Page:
STATEWIDE - When renters don't pay their bills, landlords have a right to evict them.
So shouldn't landlords also have a right to evict their stuff?
Actually, that's against the law, but the Wisconsin Assemby might change that.
The current law says that a landlord can't throw away a tenant's belongings even if they evict them.
The only exception is if the landlord writes in the lease that a tenant's abandoned things belong to the landlord.
The new law would change that - leave things behind, and they automatically belong to the landlord.
Anthony Skelly manages Pelican River Estates in Rhinelander.
He says evicting someone requires many warnings and a long legal process, so people should have plenty of time to move their things before they leave.
"You've had formal notice, plus you know we're going to court, so you should have been prepared in getting everything packed and ready to go," Skelly said. "It's not like we're throwing you out in the middle of the night. This is not Russia, we don't do that here."
The Assembly will vote on the bill June 6.
If it passes, the Senate and Governor still have to approve it before it becomes law.
WABENO - Wabeno prides itself on drawing more and more people to its small community. It's doing things like building new trails and coming up with new events.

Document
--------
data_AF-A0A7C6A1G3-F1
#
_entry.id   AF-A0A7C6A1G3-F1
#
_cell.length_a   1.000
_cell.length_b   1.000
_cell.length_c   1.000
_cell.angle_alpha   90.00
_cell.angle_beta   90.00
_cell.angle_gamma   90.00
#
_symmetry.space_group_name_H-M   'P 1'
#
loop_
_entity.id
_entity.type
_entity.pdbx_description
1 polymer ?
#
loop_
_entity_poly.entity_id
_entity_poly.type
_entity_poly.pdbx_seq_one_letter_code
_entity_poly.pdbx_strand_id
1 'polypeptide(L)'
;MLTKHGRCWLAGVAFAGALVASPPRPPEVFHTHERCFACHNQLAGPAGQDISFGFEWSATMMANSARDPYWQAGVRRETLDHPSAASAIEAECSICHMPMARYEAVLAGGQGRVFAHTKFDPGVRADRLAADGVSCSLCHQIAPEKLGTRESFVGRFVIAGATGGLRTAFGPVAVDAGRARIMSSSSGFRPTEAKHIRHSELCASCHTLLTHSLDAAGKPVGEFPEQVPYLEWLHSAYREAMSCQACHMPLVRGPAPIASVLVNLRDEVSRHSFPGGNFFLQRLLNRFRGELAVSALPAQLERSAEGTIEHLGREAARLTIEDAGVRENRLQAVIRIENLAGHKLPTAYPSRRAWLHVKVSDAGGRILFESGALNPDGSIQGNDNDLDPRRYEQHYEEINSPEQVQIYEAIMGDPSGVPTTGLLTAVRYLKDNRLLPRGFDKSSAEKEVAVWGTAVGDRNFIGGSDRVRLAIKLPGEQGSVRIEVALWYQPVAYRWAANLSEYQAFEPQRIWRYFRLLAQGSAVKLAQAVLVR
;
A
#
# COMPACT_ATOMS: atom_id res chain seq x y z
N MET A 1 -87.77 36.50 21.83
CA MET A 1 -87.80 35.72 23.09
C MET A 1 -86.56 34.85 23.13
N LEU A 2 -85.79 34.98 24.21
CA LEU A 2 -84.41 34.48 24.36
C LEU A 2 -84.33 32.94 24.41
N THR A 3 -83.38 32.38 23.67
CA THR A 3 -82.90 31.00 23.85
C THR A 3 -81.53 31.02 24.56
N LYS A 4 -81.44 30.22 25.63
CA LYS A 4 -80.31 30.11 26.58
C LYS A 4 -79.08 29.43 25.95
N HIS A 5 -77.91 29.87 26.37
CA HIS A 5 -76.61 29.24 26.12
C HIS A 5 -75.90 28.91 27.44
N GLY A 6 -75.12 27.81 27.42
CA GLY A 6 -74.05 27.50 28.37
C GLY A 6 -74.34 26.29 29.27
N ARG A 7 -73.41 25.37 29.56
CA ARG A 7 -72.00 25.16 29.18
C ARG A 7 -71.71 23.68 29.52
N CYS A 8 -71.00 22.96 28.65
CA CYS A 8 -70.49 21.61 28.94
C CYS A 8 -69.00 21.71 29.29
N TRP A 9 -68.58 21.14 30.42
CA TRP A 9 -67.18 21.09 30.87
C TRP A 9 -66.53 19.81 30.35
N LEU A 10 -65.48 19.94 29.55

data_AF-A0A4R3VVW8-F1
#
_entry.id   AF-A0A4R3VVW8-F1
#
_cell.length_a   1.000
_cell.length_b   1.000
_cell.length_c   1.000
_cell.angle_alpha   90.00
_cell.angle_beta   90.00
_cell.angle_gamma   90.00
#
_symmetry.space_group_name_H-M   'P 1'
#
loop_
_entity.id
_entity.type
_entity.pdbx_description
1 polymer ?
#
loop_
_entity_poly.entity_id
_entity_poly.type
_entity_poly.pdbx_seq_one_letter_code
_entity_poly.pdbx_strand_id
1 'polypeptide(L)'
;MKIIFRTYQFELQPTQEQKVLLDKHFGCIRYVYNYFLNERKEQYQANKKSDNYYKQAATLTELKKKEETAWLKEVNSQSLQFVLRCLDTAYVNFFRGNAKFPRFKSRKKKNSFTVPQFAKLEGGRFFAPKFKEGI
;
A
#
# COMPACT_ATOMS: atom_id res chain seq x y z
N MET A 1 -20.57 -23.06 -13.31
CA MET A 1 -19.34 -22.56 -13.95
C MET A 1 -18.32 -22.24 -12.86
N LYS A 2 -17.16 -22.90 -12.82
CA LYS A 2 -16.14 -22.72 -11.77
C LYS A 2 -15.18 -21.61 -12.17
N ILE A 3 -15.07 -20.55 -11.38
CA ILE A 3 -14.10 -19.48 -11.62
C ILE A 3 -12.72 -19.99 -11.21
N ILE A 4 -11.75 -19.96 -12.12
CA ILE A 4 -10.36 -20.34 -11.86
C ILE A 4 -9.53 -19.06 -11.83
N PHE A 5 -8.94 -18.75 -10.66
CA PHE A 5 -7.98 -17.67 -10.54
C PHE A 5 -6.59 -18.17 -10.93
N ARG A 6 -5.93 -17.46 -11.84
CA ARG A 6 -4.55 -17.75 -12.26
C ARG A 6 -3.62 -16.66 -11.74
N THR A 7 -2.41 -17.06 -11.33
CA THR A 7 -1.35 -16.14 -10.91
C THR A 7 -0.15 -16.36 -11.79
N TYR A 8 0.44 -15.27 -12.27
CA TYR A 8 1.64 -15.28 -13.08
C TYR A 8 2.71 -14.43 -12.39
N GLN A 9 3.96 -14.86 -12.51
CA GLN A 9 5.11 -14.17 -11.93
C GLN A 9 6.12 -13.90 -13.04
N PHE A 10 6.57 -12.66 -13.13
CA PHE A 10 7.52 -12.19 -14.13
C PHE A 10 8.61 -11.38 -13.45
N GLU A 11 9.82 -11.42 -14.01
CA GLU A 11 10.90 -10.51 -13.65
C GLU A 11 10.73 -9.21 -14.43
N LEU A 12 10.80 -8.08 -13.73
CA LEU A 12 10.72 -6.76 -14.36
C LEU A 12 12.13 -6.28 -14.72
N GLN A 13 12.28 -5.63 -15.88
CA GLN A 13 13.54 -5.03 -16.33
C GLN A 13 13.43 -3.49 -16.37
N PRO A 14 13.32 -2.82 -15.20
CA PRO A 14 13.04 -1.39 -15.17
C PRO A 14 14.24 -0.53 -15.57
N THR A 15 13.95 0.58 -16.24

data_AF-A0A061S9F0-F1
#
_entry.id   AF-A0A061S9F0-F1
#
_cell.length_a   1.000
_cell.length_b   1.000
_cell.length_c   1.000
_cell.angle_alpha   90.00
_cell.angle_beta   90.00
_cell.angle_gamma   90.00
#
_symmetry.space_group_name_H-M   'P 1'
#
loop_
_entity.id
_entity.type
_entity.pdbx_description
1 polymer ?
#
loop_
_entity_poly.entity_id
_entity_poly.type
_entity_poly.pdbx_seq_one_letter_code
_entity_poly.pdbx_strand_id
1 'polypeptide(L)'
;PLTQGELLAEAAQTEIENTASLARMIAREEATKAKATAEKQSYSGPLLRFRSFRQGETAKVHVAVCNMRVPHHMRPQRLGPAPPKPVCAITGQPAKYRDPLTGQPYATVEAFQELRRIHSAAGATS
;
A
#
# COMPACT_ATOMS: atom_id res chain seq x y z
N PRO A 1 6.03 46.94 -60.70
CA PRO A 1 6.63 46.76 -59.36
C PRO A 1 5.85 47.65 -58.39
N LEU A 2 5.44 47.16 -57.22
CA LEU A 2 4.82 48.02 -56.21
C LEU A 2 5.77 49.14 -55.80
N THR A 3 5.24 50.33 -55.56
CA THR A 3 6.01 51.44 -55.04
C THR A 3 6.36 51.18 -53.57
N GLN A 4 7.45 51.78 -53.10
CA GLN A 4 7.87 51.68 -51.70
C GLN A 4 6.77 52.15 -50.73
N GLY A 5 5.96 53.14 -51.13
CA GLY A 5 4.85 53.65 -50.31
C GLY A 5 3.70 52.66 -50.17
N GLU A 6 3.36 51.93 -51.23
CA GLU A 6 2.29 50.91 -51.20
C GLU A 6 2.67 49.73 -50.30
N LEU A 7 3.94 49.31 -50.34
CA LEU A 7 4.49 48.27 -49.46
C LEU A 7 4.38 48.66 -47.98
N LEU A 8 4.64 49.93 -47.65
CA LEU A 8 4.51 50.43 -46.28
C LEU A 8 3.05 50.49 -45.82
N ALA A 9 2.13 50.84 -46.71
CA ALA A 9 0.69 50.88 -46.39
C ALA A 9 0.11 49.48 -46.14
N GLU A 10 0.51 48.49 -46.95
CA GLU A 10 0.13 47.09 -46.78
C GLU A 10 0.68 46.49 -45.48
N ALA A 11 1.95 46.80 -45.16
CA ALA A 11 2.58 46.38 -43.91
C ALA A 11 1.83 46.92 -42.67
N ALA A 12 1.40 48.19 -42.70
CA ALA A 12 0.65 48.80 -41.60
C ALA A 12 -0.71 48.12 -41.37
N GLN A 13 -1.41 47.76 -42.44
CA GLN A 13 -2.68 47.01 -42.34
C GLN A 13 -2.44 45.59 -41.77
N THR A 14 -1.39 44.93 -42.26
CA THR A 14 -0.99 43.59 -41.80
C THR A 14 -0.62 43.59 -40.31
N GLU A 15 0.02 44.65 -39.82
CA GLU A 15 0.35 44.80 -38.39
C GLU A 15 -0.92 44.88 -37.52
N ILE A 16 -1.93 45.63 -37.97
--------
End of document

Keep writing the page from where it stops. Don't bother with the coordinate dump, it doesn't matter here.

This weekend, the town will host the first ever "Wabeno Art and Music Fest". People in Wabeno say they have a unique passion for the arts.
"The Wabeno Art and Music Fest, or WAM Fest, as we call it, is an outgrowth of the various art activities that have been burgeoning here in Wabeno over the last number of years," said Tim Friesen, a coordinator of the event.
WAUSAU - The name sounds scarier than most of the symptoms would suggest, but doctors take West Nile virus seriously.
This week, a dead crow in Marathon County tested positive for West Nile. The Marathon County Health Department reported the discovery Monday. Counties look mainly at crows, blue jays, and ravens to find the virus. It is spread mostly through mosquito bites.
PARK FALLS - Filling a downtown with businesses doesn't just happen overnight. Leaders in Park Falls found that out over the past six years, but slowly they're making progress. This year, the Park Falls Downtown Beautification Committee finished a plan to improve downtown.
"It's a very dedicated group, small group of people that just kept at it and at it and at it over the last six years until we came to the finished product," says committee chair Laurie Wagner.
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